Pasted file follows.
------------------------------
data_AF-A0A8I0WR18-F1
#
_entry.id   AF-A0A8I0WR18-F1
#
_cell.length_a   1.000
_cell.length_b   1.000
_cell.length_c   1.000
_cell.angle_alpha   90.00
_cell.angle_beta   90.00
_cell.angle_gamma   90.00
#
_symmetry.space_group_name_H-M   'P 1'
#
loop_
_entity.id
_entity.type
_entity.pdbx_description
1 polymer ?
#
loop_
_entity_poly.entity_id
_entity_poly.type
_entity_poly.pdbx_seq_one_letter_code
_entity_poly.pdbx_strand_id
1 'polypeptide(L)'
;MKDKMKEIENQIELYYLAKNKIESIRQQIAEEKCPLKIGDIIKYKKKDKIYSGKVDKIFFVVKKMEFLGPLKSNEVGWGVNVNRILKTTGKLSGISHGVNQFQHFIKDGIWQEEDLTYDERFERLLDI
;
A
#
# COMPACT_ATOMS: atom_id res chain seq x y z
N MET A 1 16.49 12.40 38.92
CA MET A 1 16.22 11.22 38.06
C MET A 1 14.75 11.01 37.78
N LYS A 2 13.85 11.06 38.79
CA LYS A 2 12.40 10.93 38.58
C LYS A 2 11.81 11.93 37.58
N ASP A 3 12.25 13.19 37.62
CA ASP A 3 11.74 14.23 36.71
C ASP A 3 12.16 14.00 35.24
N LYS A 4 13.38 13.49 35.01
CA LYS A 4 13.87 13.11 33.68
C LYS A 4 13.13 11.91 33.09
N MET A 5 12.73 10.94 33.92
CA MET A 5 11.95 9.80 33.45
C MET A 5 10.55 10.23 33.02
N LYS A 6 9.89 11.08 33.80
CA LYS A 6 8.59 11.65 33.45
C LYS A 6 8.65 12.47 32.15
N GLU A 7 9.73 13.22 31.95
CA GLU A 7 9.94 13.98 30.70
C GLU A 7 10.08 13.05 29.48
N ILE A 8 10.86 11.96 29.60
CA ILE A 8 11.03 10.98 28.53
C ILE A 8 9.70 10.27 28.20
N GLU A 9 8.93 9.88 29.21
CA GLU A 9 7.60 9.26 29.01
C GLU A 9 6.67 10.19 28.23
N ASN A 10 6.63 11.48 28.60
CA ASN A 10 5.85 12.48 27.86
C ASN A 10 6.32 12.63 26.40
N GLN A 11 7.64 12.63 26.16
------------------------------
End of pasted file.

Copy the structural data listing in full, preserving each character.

data_AF-A0A8I0WR18-F1
#
_entry.id   AF-A0A8I0WR18-F1
#
_cell.length_a   1.000
_cell.length_b   1.000
_cell.length_c   1.000
_cell.angle_alpha   90.00
_cell.angle_beta   90.00
_cell.angle_gamma   90.00
#
_symmetry.space_group_name_H-M   'P 1'
#
loop_
_entity.id
_entity.type
_entity.pdbx_description
1 polymer ?
#
loop_
_entity_poly.entity_id
_entity_poly.type
_entity_poly.pdbx_seq_one_letter_code
_entity_poly.pdbx_strand_id
1 'polypeptide(L)'
;MKDKMKEIENQIELYYLAKNKIESIRQQIAEEKCPLKIGDIIKYKKKDKIYSGKVDKIFFVVKKMEFLGPLKSNEVGWGVNVNRILKTTGKLSGISHGVNQFQHFIKDGIWQEEDLTYDERFERLLDI
;
A
#
# COMPACT_ATOMS: atom_id res chain seq x y z
N MET A 1 16.49 12.40 38.92
CA MET A 1 16.22 11.22 38.06
C MET A 1 14.75 11.01 37.78
N LYS A 2 13.85 11.06 38.79
CA LYS A 2 12.40 10.93 38.58
C LYS A 2 11.81 11.93 37.58
N ASP A 3 12.25 13.19 37.62
CA ASP A 3 11.74 14.23 36.71
C ASP A 3 12.16 14.00 35.24
N LYS A 4 13.38 13.49 35.01
CA LYS A 4 13.87 13.11 33.68
C LYS A 4 13.13 11.91 33.09
N MET A 5 12.73 10.94 33.92
CA MET A 5 11.95 9.80 33.45
C MET A 5 10.55 10.23 33.02
N LYS A 6 9.89 11.08 33.80
CA LYS A 6 8.59 11.65 33.45
C LYS A 6 8.65 12.47 32.15
N GLU A 7 9.73 13.22 31.95
CA GLU A 7 9.94 13.98 30.70
C GLU A 7 10.08 13.05 29.48
N ILE A 8 10.86 11.96 29.60
CA ILE A 8 11.03 10.98 28.53
C ILE A 8 9.70 10.27 28.20
N GLU A 9 8.93 9.88 29.21
CA GLU A 9 7.60 9.26 29.01
C GLU A 9 6.67 10.19 28.23
N ASN A 10 6.63 11.48 28.60
CA ASN A 10 5.85 12.48 27.86
C ASN A 10 6.32 12.63 26.40
N GLN A 11 7.64 12.63 26.16